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Arthritis 'cure' and a major breakthrough on the genes that lead to Arthritis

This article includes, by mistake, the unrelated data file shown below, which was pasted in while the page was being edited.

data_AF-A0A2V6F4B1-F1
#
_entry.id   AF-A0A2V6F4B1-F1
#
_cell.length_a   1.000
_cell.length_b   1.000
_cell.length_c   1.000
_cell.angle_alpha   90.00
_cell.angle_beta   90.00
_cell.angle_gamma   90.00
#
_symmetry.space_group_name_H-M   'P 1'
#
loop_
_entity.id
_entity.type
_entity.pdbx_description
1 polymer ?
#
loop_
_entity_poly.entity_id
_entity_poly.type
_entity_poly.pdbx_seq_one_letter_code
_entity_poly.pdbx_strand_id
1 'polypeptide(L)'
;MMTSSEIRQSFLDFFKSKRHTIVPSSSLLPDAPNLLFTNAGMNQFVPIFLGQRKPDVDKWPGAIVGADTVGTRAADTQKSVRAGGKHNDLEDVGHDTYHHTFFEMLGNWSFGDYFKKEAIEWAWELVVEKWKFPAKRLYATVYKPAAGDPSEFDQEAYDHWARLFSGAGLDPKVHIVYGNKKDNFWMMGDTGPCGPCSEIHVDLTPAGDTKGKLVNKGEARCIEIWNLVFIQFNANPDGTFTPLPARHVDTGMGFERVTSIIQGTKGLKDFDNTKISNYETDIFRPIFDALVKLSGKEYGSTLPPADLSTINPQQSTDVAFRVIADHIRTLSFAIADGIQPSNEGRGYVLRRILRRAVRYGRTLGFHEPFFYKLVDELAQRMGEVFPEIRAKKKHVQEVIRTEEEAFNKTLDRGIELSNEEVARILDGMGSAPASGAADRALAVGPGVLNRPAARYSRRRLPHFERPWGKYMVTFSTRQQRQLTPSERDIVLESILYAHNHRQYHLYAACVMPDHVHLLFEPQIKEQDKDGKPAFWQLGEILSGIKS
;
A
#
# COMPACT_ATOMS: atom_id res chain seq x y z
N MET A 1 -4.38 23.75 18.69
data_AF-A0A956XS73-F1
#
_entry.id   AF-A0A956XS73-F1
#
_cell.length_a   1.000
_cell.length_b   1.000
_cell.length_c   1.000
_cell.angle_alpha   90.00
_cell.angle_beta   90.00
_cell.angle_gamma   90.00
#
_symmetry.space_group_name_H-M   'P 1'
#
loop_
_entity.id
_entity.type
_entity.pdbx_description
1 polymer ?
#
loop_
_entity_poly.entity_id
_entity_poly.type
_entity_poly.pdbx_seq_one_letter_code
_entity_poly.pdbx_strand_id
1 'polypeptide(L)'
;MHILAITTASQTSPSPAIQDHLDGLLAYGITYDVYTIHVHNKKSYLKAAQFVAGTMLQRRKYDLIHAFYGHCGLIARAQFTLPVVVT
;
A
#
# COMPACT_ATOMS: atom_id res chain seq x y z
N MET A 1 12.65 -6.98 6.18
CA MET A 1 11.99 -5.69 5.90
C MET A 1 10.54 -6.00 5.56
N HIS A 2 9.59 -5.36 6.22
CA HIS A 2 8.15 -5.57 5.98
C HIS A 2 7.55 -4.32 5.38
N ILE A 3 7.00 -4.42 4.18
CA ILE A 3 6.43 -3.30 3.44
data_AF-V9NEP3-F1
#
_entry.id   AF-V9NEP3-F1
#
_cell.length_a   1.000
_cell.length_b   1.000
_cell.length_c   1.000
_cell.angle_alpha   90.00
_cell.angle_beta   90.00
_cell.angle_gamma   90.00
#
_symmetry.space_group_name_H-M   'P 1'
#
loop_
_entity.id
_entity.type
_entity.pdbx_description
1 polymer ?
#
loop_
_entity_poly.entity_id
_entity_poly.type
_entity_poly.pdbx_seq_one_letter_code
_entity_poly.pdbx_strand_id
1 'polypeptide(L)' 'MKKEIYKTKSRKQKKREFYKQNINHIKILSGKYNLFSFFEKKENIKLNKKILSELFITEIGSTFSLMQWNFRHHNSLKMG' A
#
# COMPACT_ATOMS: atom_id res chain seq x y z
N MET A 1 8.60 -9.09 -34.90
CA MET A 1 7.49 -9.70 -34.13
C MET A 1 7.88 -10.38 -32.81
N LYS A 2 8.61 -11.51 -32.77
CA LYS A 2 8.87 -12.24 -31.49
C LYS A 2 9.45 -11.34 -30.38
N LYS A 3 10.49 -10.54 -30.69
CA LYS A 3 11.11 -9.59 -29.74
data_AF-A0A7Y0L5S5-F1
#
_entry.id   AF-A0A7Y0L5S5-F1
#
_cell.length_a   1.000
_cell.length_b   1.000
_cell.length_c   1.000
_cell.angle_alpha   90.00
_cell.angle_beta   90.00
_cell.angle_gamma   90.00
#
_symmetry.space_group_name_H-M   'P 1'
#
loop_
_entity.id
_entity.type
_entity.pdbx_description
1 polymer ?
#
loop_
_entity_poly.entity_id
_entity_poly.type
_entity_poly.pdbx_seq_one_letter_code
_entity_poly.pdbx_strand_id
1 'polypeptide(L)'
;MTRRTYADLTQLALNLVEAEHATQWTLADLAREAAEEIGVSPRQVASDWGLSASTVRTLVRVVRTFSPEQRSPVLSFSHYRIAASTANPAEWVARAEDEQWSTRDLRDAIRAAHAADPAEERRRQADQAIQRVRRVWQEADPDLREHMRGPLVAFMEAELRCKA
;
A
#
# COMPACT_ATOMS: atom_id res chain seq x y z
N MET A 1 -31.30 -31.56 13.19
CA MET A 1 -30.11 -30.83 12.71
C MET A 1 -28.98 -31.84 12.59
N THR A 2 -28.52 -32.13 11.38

A study by the University of Manchester has identified DNA specific to the female X chromosome which could trigger Arthritis. A cure for Arthritis could be within reach after scientists discovered 14 of the genes that lead to Arthritis. It may explain why 3x more women than men are hit by rheumatoid arthritis, which is the most crippling form of the condition. And it has been announced that new drugs are set to be developed which could effectively turn off the illness. According to statistics, Rheumatoid arthritis affects more than 400,000 people in Britain and approx. 1% of the world’s population. And is described as a complicated disease with lifestyle and environmental factors such as: Smoking, Diet, Pregnancy and Infection. However, a person’s genetic make-up also influences their susceptibility to getting Arthritis. Scientists at the University of Manchester now think they know and found most of the disease-causing genes. The study has identified genes specific to the female X-chromosome – which could explain why 3x more women than men develop Arthritis. Study author Dr Stephen Eyre said: “This work will have a great impact on the treatment of arthritis. "We have already found three genes that are targets for drugs, leaving 43 genes with the potential for drug development, helping the third of patients who fail to respond well to current medications. “Although patients who first present at clinic have similar symptoms, it is likely that their route to developing disease has involved a varied path, “The genetic findings can help divide patients into smaller groups with more similar types of rheumatoid arthritis and assist in the allocation of therapies and disease management.” The team studied 27,000 DNA samples to identify the new genes and move closer to improving the lives of rheumatoid arthritis sufferers. Prof Jane Worthington, an expert on the issue, added: “This groundbreaking study brought together scientists from around the world and involved the use of DNA samples from more than 27,000 patients with rheumatoid arthritis and healthy controls. “We now know that genetic variations at over 45 regions of the genome determine susceptibility to this form of arthritis. “Our future work will focus on understanding how the simple genetic changes alter normal biological processes and lead to disease. "Ultimately, this will help us to develop novel therapies and improved targeting of existing drugs.” For more information on this study, please click on the following links: http://www.manchester.ac.uk/aboutus/news/display/?id=9062 http://www.manchester.ac.uk/research/steve.eyre/publications

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